Here is my problem statement:

For a temperature of $7.3 \times 10^5 \ \text{K}$, make a graph of the Plank function (Eq. 3.24), plotting $\log_{10}{\nu} B_\nu(T)$ vs $\log_{10} \nu$ for $\log_{10} \nu$ between 15.5 and 17.5. How does the behaviour of your graph of a blackbody compare with that of Fig. 28.14 for the continuous spectrum of the quasar 3C 273?

Here is the equation 3.24

\begin{equation} B_\nu (T) = \frac{2h \nu^3/c^2}{e^{h\nu/kT}-1}. \end{equation}

I have put together an excel spreadsheet and created a graph of $\log_{10}({\nu} B_\nu(T))$ vs $\log_{10} (\nu)$, however, it is just a straight line (which is what I would have expected although the graph in the book is significantly different). I am wondering if I am misunderstanding the problem statement. What I did to get my data points for $\log_{10}{\nu} B_\nu(T)$ is I first computed $\nu$ values from the given range of $\log_{10} \nu$ values, then I computed B(T) values with the above-given equation. Then I substituted the product into logarithm : $\log_{10}({\nu} B_\nu(T))$, thus obtaining my $y = f(x)$ values. and then I plotted it against $x = \log_{10} \nu$. Am I doing things wrong or is this fine?

  • $\begingroup$ Welcome to Stack Exchange! If you are seeing a straight line, then I think you may have something wrong. See this answer. Can you copy the lines you've written in the spreadsheet cells and paste them into your question? That may be where the problem is, but without it it's hard to guess what's wrong. $\endgroup$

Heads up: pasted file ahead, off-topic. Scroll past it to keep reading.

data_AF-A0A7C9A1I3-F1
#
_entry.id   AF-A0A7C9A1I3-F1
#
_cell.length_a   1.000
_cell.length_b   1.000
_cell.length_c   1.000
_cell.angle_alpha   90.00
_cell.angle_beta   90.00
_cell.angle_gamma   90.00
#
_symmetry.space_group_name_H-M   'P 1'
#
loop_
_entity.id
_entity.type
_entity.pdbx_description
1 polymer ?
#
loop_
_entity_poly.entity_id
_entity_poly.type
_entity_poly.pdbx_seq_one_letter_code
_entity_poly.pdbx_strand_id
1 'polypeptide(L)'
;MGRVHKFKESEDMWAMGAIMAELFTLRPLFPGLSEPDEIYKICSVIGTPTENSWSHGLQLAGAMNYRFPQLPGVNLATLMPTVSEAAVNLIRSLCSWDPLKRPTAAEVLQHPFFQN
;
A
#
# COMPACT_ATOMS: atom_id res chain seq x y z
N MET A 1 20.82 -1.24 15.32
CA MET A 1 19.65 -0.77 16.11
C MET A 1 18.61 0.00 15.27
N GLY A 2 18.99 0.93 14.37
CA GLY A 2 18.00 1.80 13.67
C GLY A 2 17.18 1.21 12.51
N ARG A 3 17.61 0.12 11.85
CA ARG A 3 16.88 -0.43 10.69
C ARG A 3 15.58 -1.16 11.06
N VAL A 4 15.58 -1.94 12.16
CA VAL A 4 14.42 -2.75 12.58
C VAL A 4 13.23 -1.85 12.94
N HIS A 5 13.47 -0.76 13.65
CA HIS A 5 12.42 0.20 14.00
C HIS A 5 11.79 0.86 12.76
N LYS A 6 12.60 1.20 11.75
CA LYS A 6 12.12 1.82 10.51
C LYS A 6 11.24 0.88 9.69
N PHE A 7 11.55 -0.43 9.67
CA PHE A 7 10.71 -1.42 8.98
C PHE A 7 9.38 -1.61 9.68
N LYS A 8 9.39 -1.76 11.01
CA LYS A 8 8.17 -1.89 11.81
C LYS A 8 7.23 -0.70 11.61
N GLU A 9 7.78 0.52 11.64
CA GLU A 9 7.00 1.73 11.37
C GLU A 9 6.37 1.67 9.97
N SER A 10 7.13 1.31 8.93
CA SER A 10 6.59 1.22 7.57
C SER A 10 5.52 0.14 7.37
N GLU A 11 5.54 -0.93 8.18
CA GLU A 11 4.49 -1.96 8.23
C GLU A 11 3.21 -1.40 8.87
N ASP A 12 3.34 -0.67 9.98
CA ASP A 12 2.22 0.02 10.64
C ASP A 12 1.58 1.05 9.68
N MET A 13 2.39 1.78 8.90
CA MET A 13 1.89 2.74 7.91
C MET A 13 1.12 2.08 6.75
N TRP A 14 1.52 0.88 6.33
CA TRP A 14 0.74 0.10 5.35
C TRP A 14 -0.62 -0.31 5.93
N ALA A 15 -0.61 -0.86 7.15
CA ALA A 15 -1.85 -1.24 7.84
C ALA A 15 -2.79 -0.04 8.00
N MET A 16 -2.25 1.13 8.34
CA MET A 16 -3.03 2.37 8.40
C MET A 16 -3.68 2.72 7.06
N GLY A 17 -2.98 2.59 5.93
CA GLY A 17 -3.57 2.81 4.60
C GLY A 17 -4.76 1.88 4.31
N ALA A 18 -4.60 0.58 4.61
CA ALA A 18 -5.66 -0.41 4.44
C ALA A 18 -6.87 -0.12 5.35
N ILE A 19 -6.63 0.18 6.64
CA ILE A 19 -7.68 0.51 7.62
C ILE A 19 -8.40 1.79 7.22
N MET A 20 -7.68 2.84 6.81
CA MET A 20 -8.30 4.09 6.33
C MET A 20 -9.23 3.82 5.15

– uhoh
    Commented Apr 28, 2019 at 3:17
  • 1
    $\begingroup$ I'm voting to close this question as off-topic because this is asking for programming help, not astronomy $\endgroup$ Commented Apr 29, 2019 at 15:37
  • 2
    $\begingroup$ BTW, if at all possible, do not use Excel. Grab Python, R, Matlab, FreeMat, etc. $\endgroup$ Commented Apr 29, 2019 at 15:38

1 Answer 1


Here's what I got for $\nu B_{\nu}(T)$ using Python, which is easy enough to read that maybe you can check against your Excel calculation. I also plotted just $B_{\nu}(T)$ for comparison.

Neither looks like a straight line and they shouldn't. If you print out $\log_{10}(k_B T / c)$ you get about 16.2 which is right in the middle of your range. They've specified a range of frequencies centered roughly on the peak of the Planck distribution.

enter image description here

def Bnu(nu, T):
    top = 2 * h * nu**3 / c**2
    bot = np.exp(h * nu / (kB * T)) - 1.
    return top/bot

import numpy as np
import matplotlib.pyplot as plt

h  = 6.6261E-34 # m^2 kg / s
c  = 2.9979E+08 # m / s
kB = 1.3806E-23 # m^2 kg / s^2 K

T   = 7.3E+05  # K

print "log10(kB T / h): ", np.log10(kB * T / h)

nu  = np.logspace(15.5, 17.5, 201) # Hz

lam = c / nu

print nu.min(), nu.max(), 'Hz'
print 1E+09*lam.min(), 1E+09*lam.max(), 'nm'

B = Bnu(nu, T)


plt.subplot(1, 2, 1)
plt.title('B(nu, T)', fontsize=16)
plt.plot(nu, B)

plt.subplot(1, 2, 2)
plt.title('nu x B(nu, T)', fontsize=16)
plt.plot(nu, nu * B)


You must log in to answer this question.

Not the answer you're looking for? Browse other questions tagged .